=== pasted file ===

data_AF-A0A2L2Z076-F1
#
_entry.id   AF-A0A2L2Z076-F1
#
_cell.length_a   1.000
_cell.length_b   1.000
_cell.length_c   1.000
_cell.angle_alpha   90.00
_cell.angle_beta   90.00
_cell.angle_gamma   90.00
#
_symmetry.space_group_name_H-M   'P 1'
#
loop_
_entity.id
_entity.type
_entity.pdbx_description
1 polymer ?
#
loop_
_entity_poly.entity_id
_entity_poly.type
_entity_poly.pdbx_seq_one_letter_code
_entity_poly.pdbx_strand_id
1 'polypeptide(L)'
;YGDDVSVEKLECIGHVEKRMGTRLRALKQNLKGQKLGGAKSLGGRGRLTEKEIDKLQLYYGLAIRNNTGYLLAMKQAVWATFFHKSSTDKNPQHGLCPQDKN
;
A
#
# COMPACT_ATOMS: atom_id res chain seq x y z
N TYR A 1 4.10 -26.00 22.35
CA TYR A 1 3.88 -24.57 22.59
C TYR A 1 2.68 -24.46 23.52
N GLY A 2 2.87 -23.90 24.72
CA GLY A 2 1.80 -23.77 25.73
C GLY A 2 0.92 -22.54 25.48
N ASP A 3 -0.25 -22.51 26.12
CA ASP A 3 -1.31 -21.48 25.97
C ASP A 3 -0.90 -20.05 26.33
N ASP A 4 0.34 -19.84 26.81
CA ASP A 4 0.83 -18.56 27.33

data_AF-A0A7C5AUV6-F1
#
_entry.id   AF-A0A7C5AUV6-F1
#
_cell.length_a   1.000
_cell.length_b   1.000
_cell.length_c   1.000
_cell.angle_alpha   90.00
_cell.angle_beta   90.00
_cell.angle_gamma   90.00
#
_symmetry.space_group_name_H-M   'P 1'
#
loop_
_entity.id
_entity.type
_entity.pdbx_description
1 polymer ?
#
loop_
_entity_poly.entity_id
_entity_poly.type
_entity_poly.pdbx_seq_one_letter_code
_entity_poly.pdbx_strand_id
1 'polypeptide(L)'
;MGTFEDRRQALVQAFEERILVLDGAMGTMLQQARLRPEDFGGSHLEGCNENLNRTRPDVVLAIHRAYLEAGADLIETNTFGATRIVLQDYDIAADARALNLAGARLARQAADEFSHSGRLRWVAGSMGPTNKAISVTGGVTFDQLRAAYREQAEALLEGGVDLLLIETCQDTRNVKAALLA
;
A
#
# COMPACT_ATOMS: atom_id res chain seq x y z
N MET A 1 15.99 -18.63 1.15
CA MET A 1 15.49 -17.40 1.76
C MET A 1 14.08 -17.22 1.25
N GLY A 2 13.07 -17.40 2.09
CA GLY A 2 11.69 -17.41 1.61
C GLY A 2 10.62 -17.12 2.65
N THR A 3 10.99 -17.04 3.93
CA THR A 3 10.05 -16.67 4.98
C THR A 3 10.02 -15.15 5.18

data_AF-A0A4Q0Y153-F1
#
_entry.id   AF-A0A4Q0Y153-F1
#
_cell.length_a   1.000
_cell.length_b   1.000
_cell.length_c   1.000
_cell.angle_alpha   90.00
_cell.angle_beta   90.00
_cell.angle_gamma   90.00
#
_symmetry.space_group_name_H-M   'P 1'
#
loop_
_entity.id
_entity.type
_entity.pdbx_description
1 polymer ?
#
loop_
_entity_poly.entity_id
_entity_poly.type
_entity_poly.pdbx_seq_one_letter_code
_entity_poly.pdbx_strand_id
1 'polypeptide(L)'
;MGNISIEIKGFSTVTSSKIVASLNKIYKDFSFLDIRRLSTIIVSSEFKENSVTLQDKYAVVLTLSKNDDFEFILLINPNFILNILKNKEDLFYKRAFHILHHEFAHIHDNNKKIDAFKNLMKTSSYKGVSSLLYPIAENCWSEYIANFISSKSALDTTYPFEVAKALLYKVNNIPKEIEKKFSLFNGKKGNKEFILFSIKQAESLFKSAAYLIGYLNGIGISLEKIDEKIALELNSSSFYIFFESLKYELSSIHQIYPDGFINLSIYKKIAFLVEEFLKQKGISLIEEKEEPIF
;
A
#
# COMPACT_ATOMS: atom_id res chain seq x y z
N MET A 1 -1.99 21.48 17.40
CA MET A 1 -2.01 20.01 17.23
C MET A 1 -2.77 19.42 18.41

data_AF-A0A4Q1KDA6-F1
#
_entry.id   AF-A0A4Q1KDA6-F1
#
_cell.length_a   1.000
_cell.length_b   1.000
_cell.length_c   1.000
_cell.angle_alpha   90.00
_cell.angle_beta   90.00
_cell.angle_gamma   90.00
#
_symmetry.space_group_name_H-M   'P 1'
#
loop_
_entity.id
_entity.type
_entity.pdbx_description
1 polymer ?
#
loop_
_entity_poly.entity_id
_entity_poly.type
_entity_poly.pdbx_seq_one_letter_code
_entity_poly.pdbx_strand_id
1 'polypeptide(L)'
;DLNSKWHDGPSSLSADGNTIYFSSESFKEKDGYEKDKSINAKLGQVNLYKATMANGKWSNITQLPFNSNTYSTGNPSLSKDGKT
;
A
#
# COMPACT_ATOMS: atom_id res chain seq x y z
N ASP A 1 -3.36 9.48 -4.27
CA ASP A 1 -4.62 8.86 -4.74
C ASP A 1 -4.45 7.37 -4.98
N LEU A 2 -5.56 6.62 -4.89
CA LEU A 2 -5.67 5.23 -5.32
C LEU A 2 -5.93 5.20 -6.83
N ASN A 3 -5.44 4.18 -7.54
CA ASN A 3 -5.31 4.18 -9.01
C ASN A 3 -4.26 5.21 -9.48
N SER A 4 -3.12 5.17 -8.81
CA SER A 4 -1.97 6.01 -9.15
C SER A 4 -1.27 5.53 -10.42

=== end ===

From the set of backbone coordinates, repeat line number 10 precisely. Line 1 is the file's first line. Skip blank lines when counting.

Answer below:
_cell.angle_gamma   90.00